So in a way, those worried about what Blood Blockade Battlefront & Beyond would do can rest assured that in many ways it’s not unlike the original. It’s fun, it’s unpredictable, and at times, it swings and misses. I crave those fun, unpredictable times and I’m certain we’ll get our fair share of them over the next three months given the source material, just as I’m sure we’ll get our fair share of misses too, and that’s just part of the experience. Regardless, I’m delighted BBB is back and I look forward to seeing what it has up its sleeve this time.
Current score: 7.5/10
Still watching after 2 episodes.


Chakuro is a budding chronicler on board the Mud Whale, a self-sufficient, 90% telekinetic civilization wandering the seas of sand. When a drifting piece of land is spotted and some scouts go to check it out, Chakuro brings back an apathetic girl, the first person supposedly discovered from beyond the Mud Whale. As news of the discovery spreads, Ouni, a stubborn rogue imprisoned in “the bowels,” plots his escape to the outside.

Fuuuuuuuuuuuuuck Netflix.

Seriously. Fuck Netflix. Children of the Whales may be their only notable autumn grab for me, but they sure chose well, as this is easily one of the most well-rounded potential frontrunners for the best series of the season.

The story’s great too, and I’ll get to that, but I can’t state enough just how gorgeous this show is. From the Mud Whale’s innards to the sand seas that surround them, Children of the Whales has one of the most immersive settings I’ve seen from anime in years. Chakuro supplies some pretty dense exposition over most of the episode, but it’s largely a necessary evil; facts about his society as a studious commoner would know it get told to us directly while the swirling undercurrent of suspicion and manipulation lurk in the background. He’s a relatable enough main character in my eyes, as I’m a history major and his whole deal is feeling cursed with the urge to write down everything around him, but even those skeptical of his otherwise relative blandness would do well to concede that his position as a historian makes his predicament that much more dangerous. With this strange girl (who they name Lykos after the tag on her shirt) and Ouni, he finds himself whisked away off the Whale at the end of the first episode, but not before ramping up the intrigue to a ridiculous degree.

All is clearly not right with this isolated society and though there was a lot to parse in a very short amount of time, I’m wholeheartedly excited to see where the series is going next. It would take some pretty harsh writing flubs for me to tune out to a show this visually gorgeous anyway, and so far, Children of the Whales is delivering.
Current score: 8.5/10
Still watching after 1 episode.


The third season of cooking shounen Food Wars. Following the second season’s Autumn Elections and Stagiaire internships, Souma & co. return to Totsuki and prepare for a tourist-friendly event called the Moon Banquet Festival, where students set up their own stalls and aim to sell as much food as possible.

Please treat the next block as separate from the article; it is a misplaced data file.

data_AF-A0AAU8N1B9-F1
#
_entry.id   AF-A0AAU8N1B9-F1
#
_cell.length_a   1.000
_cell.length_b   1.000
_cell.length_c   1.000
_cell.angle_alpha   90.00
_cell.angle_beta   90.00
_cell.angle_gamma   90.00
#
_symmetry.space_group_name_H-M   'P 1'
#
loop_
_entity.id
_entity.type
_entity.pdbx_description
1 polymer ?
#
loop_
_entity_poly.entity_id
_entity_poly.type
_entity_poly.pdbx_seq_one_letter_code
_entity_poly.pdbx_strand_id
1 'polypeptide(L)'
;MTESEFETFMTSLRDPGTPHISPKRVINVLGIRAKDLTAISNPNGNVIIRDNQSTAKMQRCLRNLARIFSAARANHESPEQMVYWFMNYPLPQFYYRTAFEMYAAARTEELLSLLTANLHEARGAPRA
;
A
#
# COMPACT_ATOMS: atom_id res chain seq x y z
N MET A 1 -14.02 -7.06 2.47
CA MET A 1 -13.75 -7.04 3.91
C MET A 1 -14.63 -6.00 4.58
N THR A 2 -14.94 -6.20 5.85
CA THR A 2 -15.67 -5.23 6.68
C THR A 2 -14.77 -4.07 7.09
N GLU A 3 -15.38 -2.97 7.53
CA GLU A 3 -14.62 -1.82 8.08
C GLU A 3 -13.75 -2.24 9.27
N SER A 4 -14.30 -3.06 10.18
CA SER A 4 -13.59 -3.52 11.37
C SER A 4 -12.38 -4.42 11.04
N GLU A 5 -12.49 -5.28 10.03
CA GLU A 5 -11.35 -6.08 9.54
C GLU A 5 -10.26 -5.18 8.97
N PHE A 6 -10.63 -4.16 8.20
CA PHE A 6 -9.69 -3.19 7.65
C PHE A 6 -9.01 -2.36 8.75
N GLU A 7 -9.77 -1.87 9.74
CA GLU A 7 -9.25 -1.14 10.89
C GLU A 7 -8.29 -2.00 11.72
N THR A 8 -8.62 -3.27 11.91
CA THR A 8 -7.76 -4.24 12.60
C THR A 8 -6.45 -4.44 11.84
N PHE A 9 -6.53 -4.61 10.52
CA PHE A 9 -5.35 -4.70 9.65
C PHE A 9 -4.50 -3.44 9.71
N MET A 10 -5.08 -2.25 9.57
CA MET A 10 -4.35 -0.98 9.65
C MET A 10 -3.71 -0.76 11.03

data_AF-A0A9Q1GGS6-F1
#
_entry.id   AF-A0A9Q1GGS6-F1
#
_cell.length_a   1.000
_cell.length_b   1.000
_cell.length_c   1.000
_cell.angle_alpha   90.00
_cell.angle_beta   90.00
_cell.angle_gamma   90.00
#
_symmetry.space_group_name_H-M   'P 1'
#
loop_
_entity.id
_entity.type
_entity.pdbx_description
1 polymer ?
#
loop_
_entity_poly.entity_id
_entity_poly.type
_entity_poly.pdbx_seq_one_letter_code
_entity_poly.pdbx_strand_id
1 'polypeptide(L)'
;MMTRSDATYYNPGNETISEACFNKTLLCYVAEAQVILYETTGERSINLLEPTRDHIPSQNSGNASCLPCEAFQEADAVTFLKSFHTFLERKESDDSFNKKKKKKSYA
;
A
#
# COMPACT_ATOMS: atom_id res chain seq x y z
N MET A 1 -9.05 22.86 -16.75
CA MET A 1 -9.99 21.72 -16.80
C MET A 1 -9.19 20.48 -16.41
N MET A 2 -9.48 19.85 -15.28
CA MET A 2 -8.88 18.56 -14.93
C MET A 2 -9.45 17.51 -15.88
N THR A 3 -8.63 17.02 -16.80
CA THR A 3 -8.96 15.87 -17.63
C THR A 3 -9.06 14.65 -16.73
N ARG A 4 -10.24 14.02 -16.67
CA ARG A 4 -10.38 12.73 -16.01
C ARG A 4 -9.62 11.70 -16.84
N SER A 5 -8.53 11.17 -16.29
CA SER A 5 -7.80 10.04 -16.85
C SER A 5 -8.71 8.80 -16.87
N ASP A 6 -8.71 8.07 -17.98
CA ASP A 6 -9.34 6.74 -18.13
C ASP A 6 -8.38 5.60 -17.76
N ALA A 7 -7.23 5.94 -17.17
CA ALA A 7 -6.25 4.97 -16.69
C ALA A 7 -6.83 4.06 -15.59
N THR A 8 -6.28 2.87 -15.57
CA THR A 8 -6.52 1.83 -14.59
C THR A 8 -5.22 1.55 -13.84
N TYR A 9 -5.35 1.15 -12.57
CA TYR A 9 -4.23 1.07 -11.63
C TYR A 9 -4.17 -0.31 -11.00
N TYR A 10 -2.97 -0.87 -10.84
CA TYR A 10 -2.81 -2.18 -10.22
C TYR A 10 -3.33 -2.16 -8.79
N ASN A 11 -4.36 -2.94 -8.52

And because this is…this show, Souma immediately tries beating one of the Elite Ten at his own specialty.

Welcome back, Food Wars. It’s been too long.

I won’t waste too much time here; The Third Plate’s gotten off to a bit of a lumbering start, and it wouldn’t do viewers harm to check out the second of this year’s OVAs to refresh on who exactly is in the Elite Ten to begin with. This season’s pilot somehow both leaped right into the drama and didn’t lift the curtain on its new antagonists, which left Souma’s higher-up friends to explain the ins and outs of the Moon Banquet Festival while Souma himself pondered what he could throw together to take Sichuan-specializing Eighth Seat Kuga down.

And here’s the thing: at this point, Food Wars isn’t doing anything we haven’t seen before, but after spending 30-odd episodes with these folks over the last two years, I’ve grown to love them as the supportive, fundamentally silly characters they are. It’s still early in the running, but while The Third Plate has yet to go above and beyond with its actual foodgasms, the franchise’s masterful balance of comedy and drama keeps the meantime fully engaging.

If you’re still a Food Wars fan, you likely don’t need me to tell you that. If you’re not one, you likely dropped off a long time ago. And if you haven’t seen any of this show…well, starting several arcs in with this season isn’t that recommendable. As such, I kinda feel like I’ll only be preaching to the choir here, but it’s a message I sure don’t mind rambling about. For the initiated and interested, grab some grub and then take a seat, ‘cause I’ll be around all season long shoving my hot Food Wars love down your throats and nothing short of death will stop me. Bon appétit.
Current score: 7.5/10
Still watching after 2 episodes.


Two young girls, Chito & Yuuri, wander the ruins of their civilization alone after Armageddon, hoping to recover food and goods from the wreckage to keep themselves alive.

It’s been a while since I’ve seen anything like Girls’ Last Tour; on the tin, it looks like your average moeblob show with one simple setting twist, and while that’s not exactly wrong (the characters practically melt into blobs several times per episode), there’s very little dissonance here. Hell, the most uncomfortable part may be the CG vehicle’s lack of congruence with the backgrounds. Instead of taking its post-apocalyptic setting and ramping up the edgy doom & gloom or disregarding it entirely for the sake of cheap laughs, the show takes the third (and best) option: using its world as a source of inescapable wonder, consistently sliding into the middle ground between something lighthearted and something more poignant.

Which means more than anything else, Girls’ Last Tour is oddly relaxing. With no external threat other than the elements and our understanding that storm or hunger couldn’t possibly claim either main character as a victim this early on, Chi & Yuu themselves are the biggest source of tension, and a good one at that. The two seem vaguely related or at least knew each other before the war tore them apart, but that’s otherwise where the similarities stop; Chito is responsible, intellectual, and in charge of navigating around. Yuuri, on the other hand, is spontaneous, illiterate, and much more inclined to shoot something than think about it.